Using the Bible to exclude or attack people is morally unconscionable.
I join in support of the call to end discrimination against lesbian, gay, bisexual and transgender (LGBT) persons. Saturday’s historic Pride Parade with a resounding call for Human Rights of LGBT persons, showed courageous witness, strength and hope, and is an inspiration and affirmation of sexual diversity as a blessed gift of life. I am appalled at the attacks from persons within the Christian community. We are reminded that at the centre of Christianity is the biblical mandate to love, do justice, seek equality, and act with compassion.
We read the Bible from various lenses, sometimes with respectful disagreement about the meaning and application of specific texts. However, using the Bible to exclude or attack people violates the very spirit of our traditions and is morally unconscionable. The Gospels do not say much on sex and sexuality but address issues of persons who were marginalized because of their sexual status, showing compassion and a readiness to affirm their place in the work of God. A strong theme in the Gospels is the extent to which the requirements of biblical law come under consistent questioning by Jesus himself. To follow Jesus means many things but it surely means nothing less than resisting intolerance and injustice, and nurturing communities of life.
Living in a time of rapid social change we are challenged to live faithfully in loving, respectful relationships and to honour the many ways that people live and love. As we move toward a more just society, we approach our texts and traditions with critical reading of the signs of our times and with fresh questions and new understandings. For example, biblical texts that condone slavery, regard women as property, forbid divorce, or equate disease with divine retribution cannot be regarded as authoritative. We honour texts and traditions that invite us to welcome the stranger, love our neighbour as ourselves, and view all people as created in God’s image. Understanding sexual diversity requires a deep connection with the groanings of sexual minorities who are marginalized, castigated and legally unprotected. We must also be attentive to their wisdom, as well as to findings from the biological and social sciences.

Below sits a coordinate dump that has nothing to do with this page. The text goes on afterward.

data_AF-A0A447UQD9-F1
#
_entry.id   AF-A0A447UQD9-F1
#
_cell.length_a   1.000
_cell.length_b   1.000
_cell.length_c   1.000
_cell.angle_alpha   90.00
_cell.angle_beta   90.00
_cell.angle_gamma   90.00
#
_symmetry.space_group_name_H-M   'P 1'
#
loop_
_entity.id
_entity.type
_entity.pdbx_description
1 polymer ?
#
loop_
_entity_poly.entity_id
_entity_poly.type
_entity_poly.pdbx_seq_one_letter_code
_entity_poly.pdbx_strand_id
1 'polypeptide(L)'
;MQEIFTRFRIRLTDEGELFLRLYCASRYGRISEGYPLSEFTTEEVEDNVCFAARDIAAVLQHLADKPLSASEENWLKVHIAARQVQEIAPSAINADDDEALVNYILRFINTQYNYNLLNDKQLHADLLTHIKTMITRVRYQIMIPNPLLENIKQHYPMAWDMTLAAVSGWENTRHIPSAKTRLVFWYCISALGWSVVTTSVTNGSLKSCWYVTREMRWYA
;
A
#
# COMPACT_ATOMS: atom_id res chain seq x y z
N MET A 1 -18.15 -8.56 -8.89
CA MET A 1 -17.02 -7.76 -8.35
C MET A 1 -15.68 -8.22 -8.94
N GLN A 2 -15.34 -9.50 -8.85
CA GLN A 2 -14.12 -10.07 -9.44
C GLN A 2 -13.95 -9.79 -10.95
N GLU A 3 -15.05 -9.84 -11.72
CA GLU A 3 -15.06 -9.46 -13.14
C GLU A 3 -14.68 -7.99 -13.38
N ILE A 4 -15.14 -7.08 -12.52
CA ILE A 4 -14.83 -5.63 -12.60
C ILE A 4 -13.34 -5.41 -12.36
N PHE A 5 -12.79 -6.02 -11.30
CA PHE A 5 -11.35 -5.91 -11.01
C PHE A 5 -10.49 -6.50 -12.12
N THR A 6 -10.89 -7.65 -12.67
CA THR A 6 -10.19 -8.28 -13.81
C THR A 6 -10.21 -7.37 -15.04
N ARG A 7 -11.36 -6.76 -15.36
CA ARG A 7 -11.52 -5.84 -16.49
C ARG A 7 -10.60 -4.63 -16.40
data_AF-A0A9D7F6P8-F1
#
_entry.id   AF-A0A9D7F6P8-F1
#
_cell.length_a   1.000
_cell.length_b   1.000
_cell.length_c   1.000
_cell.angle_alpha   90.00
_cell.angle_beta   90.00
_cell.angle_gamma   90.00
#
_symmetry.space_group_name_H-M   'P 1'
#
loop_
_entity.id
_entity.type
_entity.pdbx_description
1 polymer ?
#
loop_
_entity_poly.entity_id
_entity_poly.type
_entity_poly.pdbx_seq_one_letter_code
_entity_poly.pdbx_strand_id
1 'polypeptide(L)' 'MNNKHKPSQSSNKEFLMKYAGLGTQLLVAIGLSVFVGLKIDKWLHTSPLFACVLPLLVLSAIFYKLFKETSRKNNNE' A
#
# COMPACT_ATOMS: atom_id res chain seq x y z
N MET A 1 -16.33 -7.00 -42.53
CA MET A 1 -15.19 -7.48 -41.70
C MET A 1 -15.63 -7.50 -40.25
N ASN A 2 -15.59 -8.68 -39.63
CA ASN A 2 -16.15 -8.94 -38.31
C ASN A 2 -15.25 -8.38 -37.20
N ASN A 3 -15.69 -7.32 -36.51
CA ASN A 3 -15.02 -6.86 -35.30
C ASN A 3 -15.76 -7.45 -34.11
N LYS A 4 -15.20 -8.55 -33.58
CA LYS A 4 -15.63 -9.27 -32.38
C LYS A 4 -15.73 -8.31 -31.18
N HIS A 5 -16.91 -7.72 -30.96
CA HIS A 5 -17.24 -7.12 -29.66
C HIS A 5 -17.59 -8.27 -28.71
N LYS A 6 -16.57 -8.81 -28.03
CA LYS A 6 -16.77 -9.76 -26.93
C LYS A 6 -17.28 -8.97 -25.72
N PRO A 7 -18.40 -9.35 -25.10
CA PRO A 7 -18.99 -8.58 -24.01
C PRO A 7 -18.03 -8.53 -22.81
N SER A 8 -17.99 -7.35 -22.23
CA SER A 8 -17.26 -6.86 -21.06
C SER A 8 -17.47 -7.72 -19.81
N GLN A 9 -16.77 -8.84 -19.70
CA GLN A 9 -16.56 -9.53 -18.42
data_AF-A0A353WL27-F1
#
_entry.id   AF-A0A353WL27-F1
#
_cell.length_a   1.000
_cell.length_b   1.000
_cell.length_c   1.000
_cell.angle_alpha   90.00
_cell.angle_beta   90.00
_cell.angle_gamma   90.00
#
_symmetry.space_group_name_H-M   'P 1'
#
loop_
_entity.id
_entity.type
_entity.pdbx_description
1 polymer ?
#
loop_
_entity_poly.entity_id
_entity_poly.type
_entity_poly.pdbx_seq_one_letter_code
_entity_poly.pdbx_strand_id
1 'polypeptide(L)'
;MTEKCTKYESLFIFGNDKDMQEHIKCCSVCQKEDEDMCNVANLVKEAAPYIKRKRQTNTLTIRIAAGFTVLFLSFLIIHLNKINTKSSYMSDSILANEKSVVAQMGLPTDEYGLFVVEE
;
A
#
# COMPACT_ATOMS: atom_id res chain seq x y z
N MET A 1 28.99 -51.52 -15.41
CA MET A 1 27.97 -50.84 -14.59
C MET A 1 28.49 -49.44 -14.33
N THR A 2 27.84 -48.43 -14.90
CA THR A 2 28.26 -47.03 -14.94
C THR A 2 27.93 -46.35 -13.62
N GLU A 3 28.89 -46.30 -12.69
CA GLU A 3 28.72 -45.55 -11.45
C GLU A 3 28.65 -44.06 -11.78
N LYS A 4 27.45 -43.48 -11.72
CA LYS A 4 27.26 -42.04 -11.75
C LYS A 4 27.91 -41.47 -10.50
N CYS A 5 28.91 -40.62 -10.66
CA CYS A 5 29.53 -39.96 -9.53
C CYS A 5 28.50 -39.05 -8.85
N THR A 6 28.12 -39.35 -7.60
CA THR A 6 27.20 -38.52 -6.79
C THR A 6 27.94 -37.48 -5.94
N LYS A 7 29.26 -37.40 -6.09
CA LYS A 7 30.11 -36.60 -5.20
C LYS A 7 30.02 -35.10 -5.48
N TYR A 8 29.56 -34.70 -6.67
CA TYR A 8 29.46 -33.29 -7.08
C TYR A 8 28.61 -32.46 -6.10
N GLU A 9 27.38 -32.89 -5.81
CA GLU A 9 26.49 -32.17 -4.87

Faith-based communities can play an important role in joining in advocacy for justice and rights, and in providing support and care for LGBT persons, their families and friends. The great Swiss/French Reformer, John Calvin said: “Where God is known, there humanity is also cared for.” Let us seek to be a positive influence in our communities where God is known and our brothers and sisters are cared for.
Moderator, East Demerara Parish,
Guyana Presbyterian Church
Guyana Responsible Parenthood Association